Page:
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Digestion, constipation, IBS and 4 ways to improve them …

Digestion is the body’s way of taking food, breaking it down into small molecules that can be absorbed into the body and excreting the waste. The first sign our digestion isn’t working as well as it should is a shift in normal bowel habits and pain. Other symptoms may include reflux, heart burn, bloating, cramping, wind, tender abdomen and constipation or diarrhoea. It is common for people to simply put up with them.

But these symptoms can act as a warning sign that our digestion is not working properly and of future ill health. Poor digestion can cause the wall of the gut to be inflamed and may cause it to become “leaky” so undigested proteins are absorbed into the blood stream. The body doesn’t recognise these large proteins so may try and fight them with the immune system and start an inflammatory reaction. The inflammation is thought to be a factor in conditions such as eczema, asthma, sinus, itchiness, acne and arthritis.

If our digestion is poor, then our ability to absorb nutrients and the goodness from our food will be reduced. Deficiencies may lead to thyroid problems, anaemias, osteoporosis and fatigue. In fact, almost all chronic diseases involve some degree of digestive dysfunction. If any of the above symptoms occur more than just occasionally, please ask for an appropriate treatment.

Constipation

Having regular bowel motions is part of being healthy. Bowel habits vary widely between individuals but it is when changes occur to your bowel motions and their usual pattern, that you can consider you have constipation. Most cases of constipation in adults are mild and occur infrequently. It can usually be linked to lifestyle factors such as not eating enough fibre in your diet; not drinking enough fluids; lack of physical activity; some medicines and medical conditions; stress and hormone changes. Before treating constipation with medicines, consider first making some simple lifestyle changes. Drink plenty of fluids, slowly increase the amount of fibre you eat and have regular exercise.

Irritable bowel syndrome

Symptoms of IBS range from pain in the gut, bloating, constipation and diarrhoea. This may be related to food, gut function and movement, stress and depression. The cause of IBS is not known but there is inflammation and/or infection in the gut, changes in serotonin levels and a family history in some patients with IBS. While there is no cure, symptoms can be managed and the first thing to do is to look at diet and exercise. Keep a food and symptom diary to identify foods that are causing flare-ups and avoid them.

Even healthy foods can upset some people. The FODMAP diet targets fermentable foods such as apples, pears, asparagus, dairy, beans and chickpeas which are often culprits in IBS (more). Avoiding these foods can improve symptoms in some people, but there is no point avoiding foods unnecessarily so if no improvement in symptoms is noticed, simply re-introduce that food.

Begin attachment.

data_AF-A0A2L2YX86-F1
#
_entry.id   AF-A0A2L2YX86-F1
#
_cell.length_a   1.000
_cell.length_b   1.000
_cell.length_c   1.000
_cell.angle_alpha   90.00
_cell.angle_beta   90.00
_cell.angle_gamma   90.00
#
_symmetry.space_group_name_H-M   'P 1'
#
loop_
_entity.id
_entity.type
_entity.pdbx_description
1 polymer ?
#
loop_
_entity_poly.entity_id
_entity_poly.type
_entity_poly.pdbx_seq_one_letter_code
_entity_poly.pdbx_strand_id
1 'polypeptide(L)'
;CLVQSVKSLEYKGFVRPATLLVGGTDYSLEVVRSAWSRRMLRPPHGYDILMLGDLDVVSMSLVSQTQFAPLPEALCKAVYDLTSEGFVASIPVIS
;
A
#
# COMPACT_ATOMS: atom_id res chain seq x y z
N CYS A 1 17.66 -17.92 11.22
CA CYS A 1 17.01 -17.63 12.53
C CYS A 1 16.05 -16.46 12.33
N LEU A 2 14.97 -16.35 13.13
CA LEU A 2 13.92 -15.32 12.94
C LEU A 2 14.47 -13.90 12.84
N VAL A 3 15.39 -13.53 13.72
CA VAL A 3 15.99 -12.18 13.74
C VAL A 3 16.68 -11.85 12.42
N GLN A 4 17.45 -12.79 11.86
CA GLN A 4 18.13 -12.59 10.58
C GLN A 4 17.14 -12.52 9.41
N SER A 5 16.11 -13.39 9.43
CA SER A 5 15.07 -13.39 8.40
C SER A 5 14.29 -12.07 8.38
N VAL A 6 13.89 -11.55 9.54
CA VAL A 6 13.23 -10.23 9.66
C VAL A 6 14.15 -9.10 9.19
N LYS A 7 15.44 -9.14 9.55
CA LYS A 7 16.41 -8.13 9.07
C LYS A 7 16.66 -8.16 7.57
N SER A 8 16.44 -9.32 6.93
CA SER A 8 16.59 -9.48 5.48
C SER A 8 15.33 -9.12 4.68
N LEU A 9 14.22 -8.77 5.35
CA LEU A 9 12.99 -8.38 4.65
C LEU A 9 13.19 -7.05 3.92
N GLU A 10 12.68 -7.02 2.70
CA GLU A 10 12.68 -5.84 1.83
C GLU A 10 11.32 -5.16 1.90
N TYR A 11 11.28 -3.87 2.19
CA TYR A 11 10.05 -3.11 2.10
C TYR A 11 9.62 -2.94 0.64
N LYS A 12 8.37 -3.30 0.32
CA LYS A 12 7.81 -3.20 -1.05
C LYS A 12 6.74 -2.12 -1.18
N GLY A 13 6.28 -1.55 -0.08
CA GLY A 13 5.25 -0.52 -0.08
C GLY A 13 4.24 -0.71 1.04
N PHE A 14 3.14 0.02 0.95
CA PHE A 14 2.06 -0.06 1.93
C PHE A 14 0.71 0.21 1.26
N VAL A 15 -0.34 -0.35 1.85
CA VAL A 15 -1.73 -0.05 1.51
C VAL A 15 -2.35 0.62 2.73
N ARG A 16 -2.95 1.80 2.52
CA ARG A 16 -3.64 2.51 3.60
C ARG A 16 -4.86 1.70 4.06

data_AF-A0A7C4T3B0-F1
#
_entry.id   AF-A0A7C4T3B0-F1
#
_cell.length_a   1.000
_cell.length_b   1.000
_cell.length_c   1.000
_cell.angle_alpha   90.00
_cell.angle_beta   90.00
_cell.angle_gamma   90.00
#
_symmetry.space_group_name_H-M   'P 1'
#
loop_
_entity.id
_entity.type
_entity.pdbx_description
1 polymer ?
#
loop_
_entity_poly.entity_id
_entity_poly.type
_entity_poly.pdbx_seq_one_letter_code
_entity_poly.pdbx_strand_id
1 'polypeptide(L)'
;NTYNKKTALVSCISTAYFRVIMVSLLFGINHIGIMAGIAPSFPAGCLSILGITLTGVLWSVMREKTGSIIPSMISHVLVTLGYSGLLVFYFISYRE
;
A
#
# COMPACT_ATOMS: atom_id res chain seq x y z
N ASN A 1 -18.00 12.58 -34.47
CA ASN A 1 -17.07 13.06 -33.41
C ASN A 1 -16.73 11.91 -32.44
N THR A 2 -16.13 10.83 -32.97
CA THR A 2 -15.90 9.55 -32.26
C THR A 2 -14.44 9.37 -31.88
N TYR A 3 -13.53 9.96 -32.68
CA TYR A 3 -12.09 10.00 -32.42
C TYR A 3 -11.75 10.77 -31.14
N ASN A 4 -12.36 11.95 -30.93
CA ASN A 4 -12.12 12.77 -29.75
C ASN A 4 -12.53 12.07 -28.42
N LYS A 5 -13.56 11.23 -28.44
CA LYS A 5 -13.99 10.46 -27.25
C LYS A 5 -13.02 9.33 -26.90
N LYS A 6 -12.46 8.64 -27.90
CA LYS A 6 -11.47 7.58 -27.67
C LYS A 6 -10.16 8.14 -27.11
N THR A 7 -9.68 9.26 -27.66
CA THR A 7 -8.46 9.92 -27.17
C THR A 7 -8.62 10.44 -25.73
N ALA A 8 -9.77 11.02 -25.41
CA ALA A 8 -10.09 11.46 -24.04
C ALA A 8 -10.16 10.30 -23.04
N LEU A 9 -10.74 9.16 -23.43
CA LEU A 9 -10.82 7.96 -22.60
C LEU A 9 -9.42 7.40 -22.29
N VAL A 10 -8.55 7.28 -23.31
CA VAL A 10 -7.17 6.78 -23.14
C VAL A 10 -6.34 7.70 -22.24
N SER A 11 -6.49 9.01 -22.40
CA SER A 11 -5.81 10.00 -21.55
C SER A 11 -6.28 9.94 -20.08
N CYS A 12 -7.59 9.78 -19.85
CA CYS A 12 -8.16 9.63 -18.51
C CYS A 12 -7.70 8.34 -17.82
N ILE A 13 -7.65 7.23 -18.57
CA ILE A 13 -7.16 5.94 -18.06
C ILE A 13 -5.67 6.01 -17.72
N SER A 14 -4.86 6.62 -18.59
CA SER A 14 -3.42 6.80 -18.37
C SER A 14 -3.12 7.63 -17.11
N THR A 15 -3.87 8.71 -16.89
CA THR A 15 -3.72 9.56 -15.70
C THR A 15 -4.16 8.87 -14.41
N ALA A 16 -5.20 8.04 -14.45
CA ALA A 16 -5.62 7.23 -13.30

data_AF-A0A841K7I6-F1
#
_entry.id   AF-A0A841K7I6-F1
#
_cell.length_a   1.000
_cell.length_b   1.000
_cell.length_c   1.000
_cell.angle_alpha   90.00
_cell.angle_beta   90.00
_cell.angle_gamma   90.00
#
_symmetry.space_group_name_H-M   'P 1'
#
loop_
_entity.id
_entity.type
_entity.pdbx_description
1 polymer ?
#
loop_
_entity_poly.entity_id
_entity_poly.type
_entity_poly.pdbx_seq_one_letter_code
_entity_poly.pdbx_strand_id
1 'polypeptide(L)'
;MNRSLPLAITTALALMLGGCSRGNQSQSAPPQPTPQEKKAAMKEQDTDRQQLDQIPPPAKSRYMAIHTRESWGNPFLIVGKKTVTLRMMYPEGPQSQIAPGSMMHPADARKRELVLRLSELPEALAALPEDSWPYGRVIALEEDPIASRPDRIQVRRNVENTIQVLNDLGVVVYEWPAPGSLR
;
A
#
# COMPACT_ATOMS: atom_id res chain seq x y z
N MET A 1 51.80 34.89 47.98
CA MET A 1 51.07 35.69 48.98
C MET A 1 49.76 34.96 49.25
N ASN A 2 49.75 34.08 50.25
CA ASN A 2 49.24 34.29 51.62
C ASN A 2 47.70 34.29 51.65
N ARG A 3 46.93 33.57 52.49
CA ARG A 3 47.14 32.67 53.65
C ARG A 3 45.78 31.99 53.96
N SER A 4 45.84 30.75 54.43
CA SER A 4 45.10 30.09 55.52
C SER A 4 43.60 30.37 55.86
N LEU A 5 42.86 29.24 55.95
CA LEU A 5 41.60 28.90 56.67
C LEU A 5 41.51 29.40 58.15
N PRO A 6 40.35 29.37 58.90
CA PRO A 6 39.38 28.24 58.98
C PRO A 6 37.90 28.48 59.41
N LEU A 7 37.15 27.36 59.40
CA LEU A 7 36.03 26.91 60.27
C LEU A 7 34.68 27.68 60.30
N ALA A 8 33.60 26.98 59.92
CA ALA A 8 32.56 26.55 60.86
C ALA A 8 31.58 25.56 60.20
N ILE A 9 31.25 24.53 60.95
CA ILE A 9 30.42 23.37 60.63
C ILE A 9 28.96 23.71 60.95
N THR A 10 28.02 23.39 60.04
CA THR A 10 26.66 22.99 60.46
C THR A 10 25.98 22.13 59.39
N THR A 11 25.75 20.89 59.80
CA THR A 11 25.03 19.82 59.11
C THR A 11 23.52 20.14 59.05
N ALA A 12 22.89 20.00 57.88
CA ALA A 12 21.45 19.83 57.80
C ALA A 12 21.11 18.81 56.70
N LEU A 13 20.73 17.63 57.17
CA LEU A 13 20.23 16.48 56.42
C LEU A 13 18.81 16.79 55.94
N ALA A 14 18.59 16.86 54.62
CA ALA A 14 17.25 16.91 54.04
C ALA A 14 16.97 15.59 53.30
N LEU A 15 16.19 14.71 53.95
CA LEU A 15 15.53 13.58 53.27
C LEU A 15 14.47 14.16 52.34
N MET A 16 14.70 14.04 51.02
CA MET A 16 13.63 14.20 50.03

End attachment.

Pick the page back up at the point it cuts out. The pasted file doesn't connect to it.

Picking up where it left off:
4 ways to improve digestion:

  1. Starting with our diets, swap high for low GI foods, increase your fibre and protein and reduce alcohol consumption. Swap bad fats for good oils high in omega-3 to reduce inflammation. These may sound like big changes but little switches like salmon instead of steak, brown rice instead of white and add avocado to your sandwich can make all the difference.

  2. Identify food sensitivities by keeping a food and symptom diary to identify any foods that are causing flare-ups and avoid those foods. Alternatively, Holistic Nutritionist Alison Cowell operates from Ahuriri Pharmacy and performs intolerance testing.

  3. Improve the way we eat. Avoid skipping breakfast; chew your food thoroughly and slowly; eat away from the TV or other stimulants and sit up straight when you eat. Activity has been shown to improve digestion, reduce stress and improve mood.

  4. Correct imbalances in bacteria in your gut with a probiotic. Ethical Nutrients Inner Health Plus is the gold standard probiotic, or if you prefer a drink, the Kombucha King drinks are a great alternative. Natural anti-inflammatories can also be used, such as omega-3, turmeric and slippery elm bark. You may also need to look at improving the acidity of your gut or replacing digestive enzymes if they are lacking. We’ve seen some amazing results with Lifestream’s Bowel Biotics with Digestive Enzymes. If you are experiencing digestion problems and wish to reduce your need for medication, read our “Wellbeing solution for healthy digestion” and our pharmacists are always available to answer your questions and offer suggestions.


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